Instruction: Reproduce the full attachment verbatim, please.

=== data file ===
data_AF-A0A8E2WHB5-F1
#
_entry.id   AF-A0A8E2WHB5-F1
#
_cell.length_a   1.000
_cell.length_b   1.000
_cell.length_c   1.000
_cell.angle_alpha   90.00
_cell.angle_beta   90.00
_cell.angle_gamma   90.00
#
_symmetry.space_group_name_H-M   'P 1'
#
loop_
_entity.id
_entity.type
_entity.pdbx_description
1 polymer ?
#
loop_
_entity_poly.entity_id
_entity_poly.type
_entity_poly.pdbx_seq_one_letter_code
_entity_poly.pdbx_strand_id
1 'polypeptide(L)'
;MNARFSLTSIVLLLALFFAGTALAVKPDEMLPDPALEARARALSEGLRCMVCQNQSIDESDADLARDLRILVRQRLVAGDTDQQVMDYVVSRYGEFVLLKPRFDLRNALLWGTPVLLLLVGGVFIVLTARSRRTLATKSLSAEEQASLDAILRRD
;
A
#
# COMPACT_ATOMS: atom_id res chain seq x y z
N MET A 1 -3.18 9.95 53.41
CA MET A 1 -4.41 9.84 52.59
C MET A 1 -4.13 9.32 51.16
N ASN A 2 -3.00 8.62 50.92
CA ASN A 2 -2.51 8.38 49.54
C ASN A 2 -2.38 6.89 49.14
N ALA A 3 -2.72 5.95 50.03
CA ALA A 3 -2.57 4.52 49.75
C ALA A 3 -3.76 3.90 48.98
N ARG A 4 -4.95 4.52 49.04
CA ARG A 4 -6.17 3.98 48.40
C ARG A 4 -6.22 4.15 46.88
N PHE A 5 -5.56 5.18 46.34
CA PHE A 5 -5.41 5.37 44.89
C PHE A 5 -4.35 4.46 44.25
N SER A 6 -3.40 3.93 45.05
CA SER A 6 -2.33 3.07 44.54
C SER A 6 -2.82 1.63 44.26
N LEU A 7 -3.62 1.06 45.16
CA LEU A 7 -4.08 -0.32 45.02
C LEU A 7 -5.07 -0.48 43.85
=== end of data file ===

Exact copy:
data_AF-A0A8E2WHB5-F1
#
_entry.id   AF-A0A8E2WHB5-F1
#
_cell.length_a   1.000
_cell.length_b   1.000
_cell.length_c   1.000
_cell.angle_alpha   90.00
_cell.angle_beta   90.00
_cell.angle_gamma   90.00
#
_symmetry.space_group_name_H-M   'P 1'
#
loop_
_entity.id
_entity.type
_entity.pdbx_description
1 polymer ?
#
loop_
_entity_poly.entity_id
_entity_poly.type
_entity_poly.pdbx_seq_one_letter_code
_entity_poly.pdbx_strand_id
1 'polypeptide(L)'
;MNARFSLTSIVLLLALFFAGTALAVKPDEMLPDPALEARARALSEGLRCMVCQNQSIDESDADLARDLRILVRQRLVAGDTDQQVMDYVVSRYGEFVLLKPRFDLRNALLWGTPVLLLLVGGVFIVLTARSRRTLATKSLSAEEQASLDAILRRD
;
A
#
# COMPACT_ATOMS: atom_id res chain seq x y z
N MET A 1 -3.18 9.95 53.41
CA MET A 1 -4.41 9.84 52.59
C MET A 1 -4.13 9.32 51.16
N ASN A 2 -3.00 8.62 50.92
CA ASN A 2 -2.51 8.38 49.54
C ASN A 2 -2.38 6.89 49.14
N ALA A 3 -2.72 5.95 50.03
CA ALA A 3 -2.57 4.52 49.75
C ALA A 3 -3.76 3.90 48.98
N ARG A 4 -4.95 4.52 49.04
CA ARG A 4 -6.17 3.98 48.40
C ARG A 4 -6.22 4.15 46.88
N PHE A 5 -5.56 5.18 46.34
CA PHE A 5 -5.41 5.37 44.89
C PHE A 5 -4.35 4.46 44.25
N SER A 6 -3.40 3.93 45.05
CA SER A 6 -2.33 3.07 44.54
C SER A 6 -2.82 1.63 44.26
N LEU A 7 -3.62 1.06 45.16
CA LEU A 7 -4.08 -0.32 45.02
C LEU A 7 -5.07 -0.48 43.85